Regarding interferences, § 135(b)(1) allows for an interference challenging an issued patent [Author’s note:  All patents are, by definition, issued!  If they’re not issued, they’re called applications.] if the claim provoking the interference was made within one year of the challenged patent’s issuance.  Because a party can provoke an interference post-issuance of the challenged patent, the availability of an interference proceeding does not persuade us that a § 256 claim can accrue pre-issuance for laches purposes.[4]

[4] We additionally note that prior decisions of this court have treated a § 256 claim as an available alternative to an interference proceeding, even when the omitted inventor declined to initiate an interference despite knowledge that the challenged application was pending before the PTO.  See Eli Lilly & Co. v. Aradigm Corp., 376 F.3d 1352, 1368 (Fed. Cir. 2004).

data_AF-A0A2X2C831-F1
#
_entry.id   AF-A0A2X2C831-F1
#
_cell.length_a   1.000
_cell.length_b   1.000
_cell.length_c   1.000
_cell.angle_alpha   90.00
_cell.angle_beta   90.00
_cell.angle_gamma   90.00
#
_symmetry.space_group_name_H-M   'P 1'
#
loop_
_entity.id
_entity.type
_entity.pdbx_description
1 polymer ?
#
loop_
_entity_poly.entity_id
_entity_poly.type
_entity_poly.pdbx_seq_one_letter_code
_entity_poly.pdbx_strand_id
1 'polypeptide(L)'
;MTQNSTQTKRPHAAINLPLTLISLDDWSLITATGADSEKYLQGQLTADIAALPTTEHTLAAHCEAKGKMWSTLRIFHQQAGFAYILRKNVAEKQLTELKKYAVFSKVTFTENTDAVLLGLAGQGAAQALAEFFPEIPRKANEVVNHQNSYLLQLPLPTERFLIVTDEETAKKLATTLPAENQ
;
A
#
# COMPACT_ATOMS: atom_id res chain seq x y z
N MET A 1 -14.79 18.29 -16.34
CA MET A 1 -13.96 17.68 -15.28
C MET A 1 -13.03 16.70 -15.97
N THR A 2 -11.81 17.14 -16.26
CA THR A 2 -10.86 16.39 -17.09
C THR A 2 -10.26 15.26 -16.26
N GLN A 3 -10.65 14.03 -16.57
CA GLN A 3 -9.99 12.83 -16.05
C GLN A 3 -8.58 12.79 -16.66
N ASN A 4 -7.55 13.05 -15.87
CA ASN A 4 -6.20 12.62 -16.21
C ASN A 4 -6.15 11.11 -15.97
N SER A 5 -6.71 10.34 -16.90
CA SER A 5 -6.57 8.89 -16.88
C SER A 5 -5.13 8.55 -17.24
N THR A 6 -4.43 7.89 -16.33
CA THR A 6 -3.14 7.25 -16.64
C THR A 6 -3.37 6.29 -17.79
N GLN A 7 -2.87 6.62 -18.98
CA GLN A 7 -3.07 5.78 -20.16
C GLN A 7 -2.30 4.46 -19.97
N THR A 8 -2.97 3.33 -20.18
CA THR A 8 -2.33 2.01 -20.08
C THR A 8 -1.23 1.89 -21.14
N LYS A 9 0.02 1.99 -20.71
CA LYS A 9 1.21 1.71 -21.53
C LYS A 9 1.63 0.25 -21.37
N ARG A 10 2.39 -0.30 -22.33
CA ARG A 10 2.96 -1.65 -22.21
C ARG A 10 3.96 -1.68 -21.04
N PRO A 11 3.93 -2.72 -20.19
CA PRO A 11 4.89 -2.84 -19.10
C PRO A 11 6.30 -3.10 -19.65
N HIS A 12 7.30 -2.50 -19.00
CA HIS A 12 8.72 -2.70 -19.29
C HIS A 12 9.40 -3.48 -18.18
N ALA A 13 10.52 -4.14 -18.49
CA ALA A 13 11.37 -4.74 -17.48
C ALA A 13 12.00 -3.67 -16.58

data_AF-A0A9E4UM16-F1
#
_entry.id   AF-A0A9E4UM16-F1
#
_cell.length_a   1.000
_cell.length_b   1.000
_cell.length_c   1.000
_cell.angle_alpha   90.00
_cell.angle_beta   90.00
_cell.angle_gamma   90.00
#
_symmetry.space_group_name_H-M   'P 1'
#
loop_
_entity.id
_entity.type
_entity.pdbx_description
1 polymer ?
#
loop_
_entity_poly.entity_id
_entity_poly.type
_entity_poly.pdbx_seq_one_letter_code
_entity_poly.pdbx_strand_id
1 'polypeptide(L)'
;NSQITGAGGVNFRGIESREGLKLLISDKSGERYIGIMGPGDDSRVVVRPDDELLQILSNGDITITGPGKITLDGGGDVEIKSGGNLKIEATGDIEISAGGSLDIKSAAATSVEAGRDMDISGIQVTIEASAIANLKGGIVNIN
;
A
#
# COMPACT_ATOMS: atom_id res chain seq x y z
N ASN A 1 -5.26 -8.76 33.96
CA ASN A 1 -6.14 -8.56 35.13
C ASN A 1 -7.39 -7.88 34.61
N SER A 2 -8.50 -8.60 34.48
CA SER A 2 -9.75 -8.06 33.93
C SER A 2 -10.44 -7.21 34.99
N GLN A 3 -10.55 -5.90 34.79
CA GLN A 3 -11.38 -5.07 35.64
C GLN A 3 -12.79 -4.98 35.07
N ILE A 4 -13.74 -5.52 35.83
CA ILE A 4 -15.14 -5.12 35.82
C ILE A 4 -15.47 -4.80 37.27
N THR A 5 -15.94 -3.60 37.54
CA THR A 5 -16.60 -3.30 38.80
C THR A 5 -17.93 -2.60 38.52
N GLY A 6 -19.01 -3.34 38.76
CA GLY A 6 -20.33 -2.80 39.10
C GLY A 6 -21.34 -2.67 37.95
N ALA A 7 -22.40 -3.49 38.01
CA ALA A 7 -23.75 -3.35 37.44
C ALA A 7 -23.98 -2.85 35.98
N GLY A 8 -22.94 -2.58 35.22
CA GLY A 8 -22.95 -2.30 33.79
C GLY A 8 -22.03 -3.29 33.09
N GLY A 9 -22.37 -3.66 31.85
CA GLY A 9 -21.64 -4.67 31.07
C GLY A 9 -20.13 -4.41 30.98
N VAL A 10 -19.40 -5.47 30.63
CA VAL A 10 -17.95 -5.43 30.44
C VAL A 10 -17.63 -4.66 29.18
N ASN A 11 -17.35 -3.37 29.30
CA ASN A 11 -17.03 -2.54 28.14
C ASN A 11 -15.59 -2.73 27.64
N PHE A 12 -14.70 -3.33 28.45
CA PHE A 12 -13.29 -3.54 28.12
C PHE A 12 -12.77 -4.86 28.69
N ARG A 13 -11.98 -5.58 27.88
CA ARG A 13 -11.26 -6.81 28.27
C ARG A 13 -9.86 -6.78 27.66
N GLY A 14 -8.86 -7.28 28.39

Finally, while we recognize that the prompt resolution of inventorship disputes certainly is a desirable goal, there may be circumstances in which it would be inefficient to require an omitted inventor to initiate an inventorship dispute while the application is still pending.  Throughout the back-and-forth negotiation between the patentee [Author’s note:  What Judge Prost calls “the patentee” would more commonly be termed “the applicant” at that point in the process!] and the PTO examiner, the original claims are routinely narrowed or even cancelled.  Thus, in many cases, an omitted inventor may not know whether he or she has a cognizable inventorship claim until the examination concludes and the patent finally issues.[8]

Judge Reyna’s Concurring Opinion

            Judge Reyna’s concurring opinion recognizes that Hor and Meng could have vindicated their inventorship claims by provoking an application and disputes the majority’s contention that to do so would have been inefficient: